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The beginning

March 1, 2021
Kelly Lattig

Ah, the early days… Looking back, we were so over confident, so sure that a few decades of homebrewing experience would be all we’d need to make a great bourbon mash.  Not knowing any better – nor being wise enough to ask around – we made our Mash Tun with a lauter screen, just like you’d use to make beer.  Turns out that corn doesn’t lauter very well, and rye is even worse.  Both grains are sticky enough to completely clog up the lauter screen.  ‘Stuck Mash’ became our devil.  A mash run that should take 7 or 8 hours could stretch ‘til midnight – once we went home to sleep a bit & started again in the morning.  We spent hours scraping the lauter screen, ‘invented’ what turned out to be called a “Grant”, and spent hours mopping.  You know it’s a bad day when you’re tempted to check the brix level of the mop bucket!

Fortunately we enjoy solving problems, and didn’t let a couple dozen mash-from-hell experiences discourage us.  We made a few versions of mash rakes and screen-scrapers that helped a little, but didn’t solve the problem.  We eventually saw the light and stopped trying to use a Beer Process – we removed the lauter screen altogether & went to what we now know is the conventional On-Grain process.  This means the milled grains are still in the sweet wort during the fermentation & stripping distillation steps.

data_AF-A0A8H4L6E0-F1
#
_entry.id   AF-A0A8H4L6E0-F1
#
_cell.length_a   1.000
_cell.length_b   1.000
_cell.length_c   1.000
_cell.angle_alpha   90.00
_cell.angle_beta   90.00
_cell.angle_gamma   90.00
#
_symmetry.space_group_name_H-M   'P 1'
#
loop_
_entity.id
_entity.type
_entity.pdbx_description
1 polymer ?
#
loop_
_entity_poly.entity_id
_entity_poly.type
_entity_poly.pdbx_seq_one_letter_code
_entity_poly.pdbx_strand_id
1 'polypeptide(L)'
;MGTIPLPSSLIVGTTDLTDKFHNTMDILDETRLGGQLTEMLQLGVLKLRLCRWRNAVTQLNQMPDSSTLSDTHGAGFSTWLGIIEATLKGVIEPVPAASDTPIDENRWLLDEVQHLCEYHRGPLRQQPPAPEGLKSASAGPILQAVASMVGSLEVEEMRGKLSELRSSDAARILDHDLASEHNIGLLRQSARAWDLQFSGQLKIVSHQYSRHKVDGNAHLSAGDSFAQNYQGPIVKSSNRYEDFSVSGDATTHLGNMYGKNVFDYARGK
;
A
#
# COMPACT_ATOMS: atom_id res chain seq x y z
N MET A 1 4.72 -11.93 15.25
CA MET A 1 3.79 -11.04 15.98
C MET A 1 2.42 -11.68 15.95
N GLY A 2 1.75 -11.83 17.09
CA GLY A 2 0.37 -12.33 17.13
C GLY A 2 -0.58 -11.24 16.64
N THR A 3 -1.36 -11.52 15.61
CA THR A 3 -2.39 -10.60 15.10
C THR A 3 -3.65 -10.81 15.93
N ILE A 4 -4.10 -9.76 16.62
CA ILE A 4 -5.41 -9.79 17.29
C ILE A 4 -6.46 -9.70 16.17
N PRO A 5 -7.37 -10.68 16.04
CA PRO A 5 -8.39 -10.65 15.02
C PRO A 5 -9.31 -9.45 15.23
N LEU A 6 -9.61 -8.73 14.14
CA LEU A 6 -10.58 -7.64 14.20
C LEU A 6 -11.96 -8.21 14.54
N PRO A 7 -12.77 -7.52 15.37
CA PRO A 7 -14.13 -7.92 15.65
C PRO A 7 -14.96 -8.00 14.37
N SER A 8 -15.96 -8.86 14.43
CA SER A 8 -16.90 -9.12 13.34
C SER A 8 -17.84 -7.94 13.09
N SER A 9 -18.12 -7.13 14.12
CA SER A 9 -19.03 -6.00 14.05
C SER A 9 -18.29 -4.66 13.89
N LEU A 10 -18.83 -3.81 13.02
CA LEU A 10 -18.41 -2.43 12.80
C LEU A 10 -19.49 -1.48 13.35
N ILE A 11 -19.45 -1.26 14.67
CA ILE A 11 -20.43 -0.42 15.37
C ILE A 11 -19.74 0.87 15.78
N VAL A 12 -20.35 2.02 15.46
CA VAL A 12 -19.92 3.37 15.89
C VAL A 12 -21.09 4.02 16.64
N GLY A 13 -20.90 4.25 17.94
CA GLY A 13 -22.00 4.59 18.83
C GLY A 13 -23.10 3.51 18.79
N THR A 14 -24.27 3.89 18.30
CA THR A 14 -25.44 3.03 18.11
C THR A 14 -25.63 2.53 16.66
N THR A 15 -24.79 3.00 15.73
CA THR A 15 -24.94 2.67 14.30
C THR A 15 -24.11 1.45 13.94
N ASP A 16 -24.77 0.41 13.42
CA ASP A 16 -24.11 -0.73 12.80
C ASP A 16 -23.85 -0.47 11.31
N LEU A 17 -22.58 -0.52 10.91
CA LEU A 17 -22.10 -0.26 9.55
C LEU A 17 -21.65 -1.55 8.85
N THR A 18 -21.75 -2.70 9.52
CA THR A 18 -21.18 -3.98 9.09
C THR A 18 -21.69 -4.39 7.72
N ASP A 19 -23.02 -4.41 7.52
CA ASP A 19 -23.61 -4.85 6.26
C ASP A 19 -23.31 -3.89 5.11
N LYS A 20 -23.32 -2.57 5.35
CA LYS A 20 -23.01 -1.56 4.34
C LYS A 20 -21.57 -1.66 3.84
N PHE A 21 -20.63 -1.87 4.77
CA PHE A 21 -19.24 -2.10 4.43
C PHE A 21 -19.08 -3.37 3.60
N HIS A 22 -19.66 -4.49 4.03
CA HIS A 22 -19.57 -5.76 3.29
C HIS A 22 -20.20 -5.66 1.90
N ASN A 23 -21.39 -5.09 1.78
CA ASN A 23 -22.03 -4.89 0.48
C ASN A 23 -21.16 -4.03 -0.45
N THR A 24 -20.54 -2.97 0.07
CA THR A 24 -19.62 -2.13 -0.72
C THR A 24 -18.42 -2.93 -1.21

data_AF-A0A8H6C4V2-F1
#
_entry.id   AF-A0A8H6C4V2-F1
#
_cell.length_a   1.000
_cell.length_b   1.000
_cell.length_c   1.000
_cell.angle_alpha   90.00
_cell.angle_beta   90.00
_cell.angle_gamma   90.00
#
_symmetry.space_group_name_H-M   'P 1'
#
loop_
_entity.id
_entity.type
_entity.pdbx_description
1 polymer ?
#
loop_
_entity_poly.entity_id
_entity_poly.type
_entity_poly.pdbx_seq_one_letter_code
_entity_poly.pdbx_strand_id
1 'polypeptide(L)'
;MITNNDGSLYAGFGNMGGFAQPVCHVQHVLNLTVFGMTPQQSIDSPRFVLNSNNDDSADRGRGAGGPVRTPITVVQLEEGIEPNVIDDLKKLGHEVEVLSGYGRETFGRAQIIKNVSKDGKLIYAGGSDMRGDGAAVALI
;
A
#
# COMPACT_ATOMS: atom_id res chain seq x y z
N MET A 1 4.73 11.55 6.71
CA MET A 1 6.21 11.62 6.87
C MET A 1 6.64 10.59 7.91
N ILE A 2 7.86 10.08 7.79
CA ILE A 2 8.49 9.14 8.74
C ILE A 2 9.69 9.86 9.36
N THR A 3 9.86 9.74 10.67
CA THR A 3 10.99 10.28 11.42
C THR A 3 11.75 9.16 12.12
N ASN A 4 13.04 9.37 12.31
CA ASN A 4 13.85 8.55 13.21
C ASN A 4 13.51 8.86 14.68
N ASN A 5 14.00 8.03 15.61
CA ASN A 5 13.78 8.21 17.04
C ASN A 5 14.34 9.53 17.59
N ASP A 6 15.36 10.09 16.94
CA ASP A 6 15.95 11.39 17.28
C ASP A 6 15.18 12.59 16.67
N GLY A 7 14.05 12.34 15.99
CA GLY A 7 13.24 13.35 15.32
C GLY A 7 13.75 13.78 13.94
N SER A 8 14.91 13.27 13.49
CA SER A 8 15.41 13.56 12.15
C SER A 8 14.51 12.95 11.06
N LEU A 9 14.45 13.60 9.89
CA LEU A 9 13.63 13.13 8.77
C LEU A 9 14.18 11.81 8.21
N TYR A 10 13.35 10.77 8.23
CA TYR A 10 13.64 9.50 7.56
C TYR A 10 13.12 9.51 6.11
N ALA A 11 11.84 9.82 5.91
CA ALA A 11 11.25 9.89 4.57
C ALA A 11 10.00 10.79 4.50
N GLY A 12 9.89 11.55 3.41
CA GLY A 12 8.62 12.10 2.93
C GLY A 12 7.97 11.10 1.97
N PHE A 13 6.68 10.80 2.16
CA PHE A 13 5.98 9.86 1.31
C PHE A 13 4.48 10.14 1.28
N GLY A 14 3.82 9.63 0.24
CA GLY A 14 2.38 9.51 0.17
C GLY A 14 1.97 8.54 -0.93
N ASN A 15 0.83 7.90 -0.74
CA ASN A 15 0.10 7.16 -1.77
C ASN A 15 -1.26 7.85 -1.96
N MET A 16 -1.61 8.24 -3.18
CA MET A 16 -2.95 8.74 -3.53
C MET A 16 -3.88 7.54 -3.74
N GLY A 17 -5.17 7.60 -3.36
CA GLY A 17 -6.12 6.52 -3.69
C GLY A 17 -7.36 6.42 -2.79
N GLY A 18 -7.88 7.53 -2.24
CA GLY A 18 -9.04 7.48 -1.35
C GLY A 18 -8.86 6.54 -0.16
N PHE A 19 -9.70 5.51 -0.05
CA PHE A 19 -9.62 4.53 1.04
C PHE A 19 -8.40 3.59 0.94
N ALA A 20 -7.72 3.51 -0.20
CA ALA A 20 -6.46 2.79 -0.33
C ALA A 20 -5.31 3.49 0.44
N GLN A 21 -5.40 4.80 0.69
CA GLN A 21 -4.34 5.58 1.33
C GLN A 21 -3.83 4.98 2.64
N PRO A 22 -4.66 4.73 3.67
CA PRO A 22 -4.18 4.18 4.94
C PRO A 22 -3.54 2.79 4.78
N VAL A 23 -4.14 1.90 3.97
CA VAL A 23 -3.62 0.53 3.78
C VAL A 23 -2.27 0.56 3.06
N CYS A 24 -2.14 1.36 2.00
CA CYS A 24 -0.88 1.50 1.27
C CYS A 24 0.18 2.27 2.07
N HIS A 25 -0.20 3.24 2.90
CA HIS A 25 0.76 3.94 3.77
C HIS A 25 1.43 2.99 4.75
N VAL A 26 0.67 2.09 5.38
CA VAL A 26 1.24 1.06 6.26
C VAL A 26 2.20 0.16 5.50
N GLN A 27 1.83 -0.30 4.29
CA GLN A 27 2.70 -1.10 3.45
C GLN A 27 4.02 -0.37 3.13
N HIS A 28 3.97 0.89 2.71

Of course, it wasn’t quite as simple as just deleting the lauter screen.  On-Grain process means you have to pump a grainy slurry from the Mash Tun to the Still – requiring an expensive pump & hose set up that we couldn’t figure out how to build ourselves.  And having grain in the Still meant designing & fabricating a complex indirect heating system to avoid scorching.  But that gave us an opportunity to make a much bigger (630 gallon) stripping still, which significantly increased our batch size.

Along the way, we made a few different versions of copper condensers, experimented with perforated copper bubble plates, significantly adjusted our hearts cut ratio, and built what we believe to be the tallest vodka column in the state (13’ tall with 26 re-distillation stages).  That’s our equipment set for now - until we have another better idea…

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